Tag

Cindy Gallop

Career Advice

Give yourself permission!

I was struck by the interesting interview with Beth Comstock of GE in the NYT today – where she says “you have the permission to try something new”. In this case she is talking about innovation but innovation is not the only area where we are held back by the need for permission. Too often we are stymied in areas that lead directly to our happiness.

Too often, as working professionals, and especially women, we are held back by our fears. Fear of failure, fear of what other people will think, fear of the unknown, fear of being less than. We live in the world of Lean In and male-dominated tech, where I know and have personally experienced that to get ahead you have to work twice as hard, and be twice as smart, as the men around you. This doesn’t leave much room for permission to change, or to be rested, or happy.

So what’s the solution. I think it’s to consciously, and overtly, grasp the nettle and give yourself permission.

Permission to stop caring what other people think. As Cindy Gallop (entrepreneur and change agent extraordinaire) says “Fear of what other people will think is the single most paralyzing dynamic in business and in life. You will never own the future if you care what other people think”. And yet so often we worry endlessly about what the people around us think. Our boss, our peers, our parents; the people who have opinions about our title, or car, or house, or how much money we make. But in the end, the only people whose opinion really matters is our closest friends (who if they love you will support you no matter what you do, or how your screw up) and our partners in life (who do have to be in the boat with us). No one else matters. Truly.

Permission to try something completely new – like start a company. Scary. What if I am no good at it, don’t like it, fail at it? Well, so long as you do some basic financial planning so you can survive a temporary misstep what are you afraid of? Chances are you can always go back to what you did before. I have seen this many times in Silicon Valley – value accrues to failure. People try something completely new, it fails and they go back to what they did before. But they are often now actually more valuable. They have more experience, they may be humbled and so be a better leader and more compassionate. They will be changed, and usually for the better. Or maybe permission to try something completely new for yourself means going to back to school and taking the chance you can create a whole new career path for yourself.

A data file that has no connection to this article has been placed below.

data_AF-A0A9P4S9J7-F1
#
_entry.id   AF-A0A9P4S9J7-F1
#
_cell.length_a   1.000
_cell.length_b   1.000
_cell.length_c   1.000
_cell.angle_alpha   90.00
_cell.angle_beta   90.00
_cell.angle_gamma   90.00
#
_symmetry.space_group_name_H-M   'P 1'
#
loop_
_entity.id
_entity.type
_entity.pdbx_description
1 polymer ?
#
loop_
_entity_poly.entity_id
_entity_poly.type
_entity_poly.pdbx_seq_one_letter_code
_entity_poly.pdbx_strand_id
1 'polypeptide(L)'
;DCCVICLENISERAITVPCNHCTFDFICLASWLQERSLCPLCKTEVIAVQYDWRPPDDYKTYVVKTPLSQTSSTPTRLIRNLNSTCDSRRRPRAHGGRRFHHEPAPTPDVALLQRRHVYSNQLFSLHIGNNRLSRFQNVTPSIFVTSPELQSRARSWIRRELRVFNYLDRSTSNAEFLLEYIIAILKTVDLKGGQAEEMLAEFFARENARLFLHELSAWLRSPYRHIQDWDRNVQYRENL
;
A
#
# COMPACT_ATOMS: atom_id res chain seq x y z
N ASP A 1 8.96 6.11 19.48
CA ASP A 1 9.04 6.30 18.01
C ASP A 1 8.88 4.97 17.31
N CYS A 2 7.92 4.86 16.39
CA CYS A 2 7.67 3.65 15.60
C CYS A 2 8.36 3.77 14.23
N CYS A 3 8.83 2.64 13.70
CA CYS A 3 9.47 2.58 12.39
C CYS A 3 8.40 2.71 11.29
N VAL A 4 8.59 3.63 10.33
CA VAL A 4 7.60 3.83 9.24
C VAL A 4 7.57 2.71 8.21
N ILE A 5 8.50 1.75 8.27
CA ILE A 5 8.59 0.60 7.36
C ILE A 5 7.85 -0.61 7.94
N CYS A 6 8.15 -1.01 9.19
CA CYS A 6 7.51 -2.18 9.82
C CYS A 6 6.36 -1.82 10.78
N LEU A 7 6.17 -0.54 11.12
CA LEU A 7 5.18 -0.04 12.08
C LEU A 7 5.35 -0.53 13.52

Permission to not check your email 24/7 on vacation. Permission to not keep a perfectly tidy house. Permission to wear flats to work. Permission to leave a job you hate, or a boss you hate, even if it means making less money. Permission to pursue a sports passion which may mean you don’t climb the corporate ladder as fast as your peers. Permission to experiment with your career.

I had to take myself through this process as I made the decision to change my professional life. I can get wracked with guilt that I am no longer driving the feminist CEO agenda. I can get down on myself that I stepped back when other women are running companies and setting the agenda for key technologies in the valley. I, like so many successful women, continue to fight the demon of feeling like a failure inside every day. And so I give myself a talking to – sometimes physically in the mirror! Permission to try a new way of life. Permission to be with my family, and travel, and read, and write. And to stop caring what other people think.